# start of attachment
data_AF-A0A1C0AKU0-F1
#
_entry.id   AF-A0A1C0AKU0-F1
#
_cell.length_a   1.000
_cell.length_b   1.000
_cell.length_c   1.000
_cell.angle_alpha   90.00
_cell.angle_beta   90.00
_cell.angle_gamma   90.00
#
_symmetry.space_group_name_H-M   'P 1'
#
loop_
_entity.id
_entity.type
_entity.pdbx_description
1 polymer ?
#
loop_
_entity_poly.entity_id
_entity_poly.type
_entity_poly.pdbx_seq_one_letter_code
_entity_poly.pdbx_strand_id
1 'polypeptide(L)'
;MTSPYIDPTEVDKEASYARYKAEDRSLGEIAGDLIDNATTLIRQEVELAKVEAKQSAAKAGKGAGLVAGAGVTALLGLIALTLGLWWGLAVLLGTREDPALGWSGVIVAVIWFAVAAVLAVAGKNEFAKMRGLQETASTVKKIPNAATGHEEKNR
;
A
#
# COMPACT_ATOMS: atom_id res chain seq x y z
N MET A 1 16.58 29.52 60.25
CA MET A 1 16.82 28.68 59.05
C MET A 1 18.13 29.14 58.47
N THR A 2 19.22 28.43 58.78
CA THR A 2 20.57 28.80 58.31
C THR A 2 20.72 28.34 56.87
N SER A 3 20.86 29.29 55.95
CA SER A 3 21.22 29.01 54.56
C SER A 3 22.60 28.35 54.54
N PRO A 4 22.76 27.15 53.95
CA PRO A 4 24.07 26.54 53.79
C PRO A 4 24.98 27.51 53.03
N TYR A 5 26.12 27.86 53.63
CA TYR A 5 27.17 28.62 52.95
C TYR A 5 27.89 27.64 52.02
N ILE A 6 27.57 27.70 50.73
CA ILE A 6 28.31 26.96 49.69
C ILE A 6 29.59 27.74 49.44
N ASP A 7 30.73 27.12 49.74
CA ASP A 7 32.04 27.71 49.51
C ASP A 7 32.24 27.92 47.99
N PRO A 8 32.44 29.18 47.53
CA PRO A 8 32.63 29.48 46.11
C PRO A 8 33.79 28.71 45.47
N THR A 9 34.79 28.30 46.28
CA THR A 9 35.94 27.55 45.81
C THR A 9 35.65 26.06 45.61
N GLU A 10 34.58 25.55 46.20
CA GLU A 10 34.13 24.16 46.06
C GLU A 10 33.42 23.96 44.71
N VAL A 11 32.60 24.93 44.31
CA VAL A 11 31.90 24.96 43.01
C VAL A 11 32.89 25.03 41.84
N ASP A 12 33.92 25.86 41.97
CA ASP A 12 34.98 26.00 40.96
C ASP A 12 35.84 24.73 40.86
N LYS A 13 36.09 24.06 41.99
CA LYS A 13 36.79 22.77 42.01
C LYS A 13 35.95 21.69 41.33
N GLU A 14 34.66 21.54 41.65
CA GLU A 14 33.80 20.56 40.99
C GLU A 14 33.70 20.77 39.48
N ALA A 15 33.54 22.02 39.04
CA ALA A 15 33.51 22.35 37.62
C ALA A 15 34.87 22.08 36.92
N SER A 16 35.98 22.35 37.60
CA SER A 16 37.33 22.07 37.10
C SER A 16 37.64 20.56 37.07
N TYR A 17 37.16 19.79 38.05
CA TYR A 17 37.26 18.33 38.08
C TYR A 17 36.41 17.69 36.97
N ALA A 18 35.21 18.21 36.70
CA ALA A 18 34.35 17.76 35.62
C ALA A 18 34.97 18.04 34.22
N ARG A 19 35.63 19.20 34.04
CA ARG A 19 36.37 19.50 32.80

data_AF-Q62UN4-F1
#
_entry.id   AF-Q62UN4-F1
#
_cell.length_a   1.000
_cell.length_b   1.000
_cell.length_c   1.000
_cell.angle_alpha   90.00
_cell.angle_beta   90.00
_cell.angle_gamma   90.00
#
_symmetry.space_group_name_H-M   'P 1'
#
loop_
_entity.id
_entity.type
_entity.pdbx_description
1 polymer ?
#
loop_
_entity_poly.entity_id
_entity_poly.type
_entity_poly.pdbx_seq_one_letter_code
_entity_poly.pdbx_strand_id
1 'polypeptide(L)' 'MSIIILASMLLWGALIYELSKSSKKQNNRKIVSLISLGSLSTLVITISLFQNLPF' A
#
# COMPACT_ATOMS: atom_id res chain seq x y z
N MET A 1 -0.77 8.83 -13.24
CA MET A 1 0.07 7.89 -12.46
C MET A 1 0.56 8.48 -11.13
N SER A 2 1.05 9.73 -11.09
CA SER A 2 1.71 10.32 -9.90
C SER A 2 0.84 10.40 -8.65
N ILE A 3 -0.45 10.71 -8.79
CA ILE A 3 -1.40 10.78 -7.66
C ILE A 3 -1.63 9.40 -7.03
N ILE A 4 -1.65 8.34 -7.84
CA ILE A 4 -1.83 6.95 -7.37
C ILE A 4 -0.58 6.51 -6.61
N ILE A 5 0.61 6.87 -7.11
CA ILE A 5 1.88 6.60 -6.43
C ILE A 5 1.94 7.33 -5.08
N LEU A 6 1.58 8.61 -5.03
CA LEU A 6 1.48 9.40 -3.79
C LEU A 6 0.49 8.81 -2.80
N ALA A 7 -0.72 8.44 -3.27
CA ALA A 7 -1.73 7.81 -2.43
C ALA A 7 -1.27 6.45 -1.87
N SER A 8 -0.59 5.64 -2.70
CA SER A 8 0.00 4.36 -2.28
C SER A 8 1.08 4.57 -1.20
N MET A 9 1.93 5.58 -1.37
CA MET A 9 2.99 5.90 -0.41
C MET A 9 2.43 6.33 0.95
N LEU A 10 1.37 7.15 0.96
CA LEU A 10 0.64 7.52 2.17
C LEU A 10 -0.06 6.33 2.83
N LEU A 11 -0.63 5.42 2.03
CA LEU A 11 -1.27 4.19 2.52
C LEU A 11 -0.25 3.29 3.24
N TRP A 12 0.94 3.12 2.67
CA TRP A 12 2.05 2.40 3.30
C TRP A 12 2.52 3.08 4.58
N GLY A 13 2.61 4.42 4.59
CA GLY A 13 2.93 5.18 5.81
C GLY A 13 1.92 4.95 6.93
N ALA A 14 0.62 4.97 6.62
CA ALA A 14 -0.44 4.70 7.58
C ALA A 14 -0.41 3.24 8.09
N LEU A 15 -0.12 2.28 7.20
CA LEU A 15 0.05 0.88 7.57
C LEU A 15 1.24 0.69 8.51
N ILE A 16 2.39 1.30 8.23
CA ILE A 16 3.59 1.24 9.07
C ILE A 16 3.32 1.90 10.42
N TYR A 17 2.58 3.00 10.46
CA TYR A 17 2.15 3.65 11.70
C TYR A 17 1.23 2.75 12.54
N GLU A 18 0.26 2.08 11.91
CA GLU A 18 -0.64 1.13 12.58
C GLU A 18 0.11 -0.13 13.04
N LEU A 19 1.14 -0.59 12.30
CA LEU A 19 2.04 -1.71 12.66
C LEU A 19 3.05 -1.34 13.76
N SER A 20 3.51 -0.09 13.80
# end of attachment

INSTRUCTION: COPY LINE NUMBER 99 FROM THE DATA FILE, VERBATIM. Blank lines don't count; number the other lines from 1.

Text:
#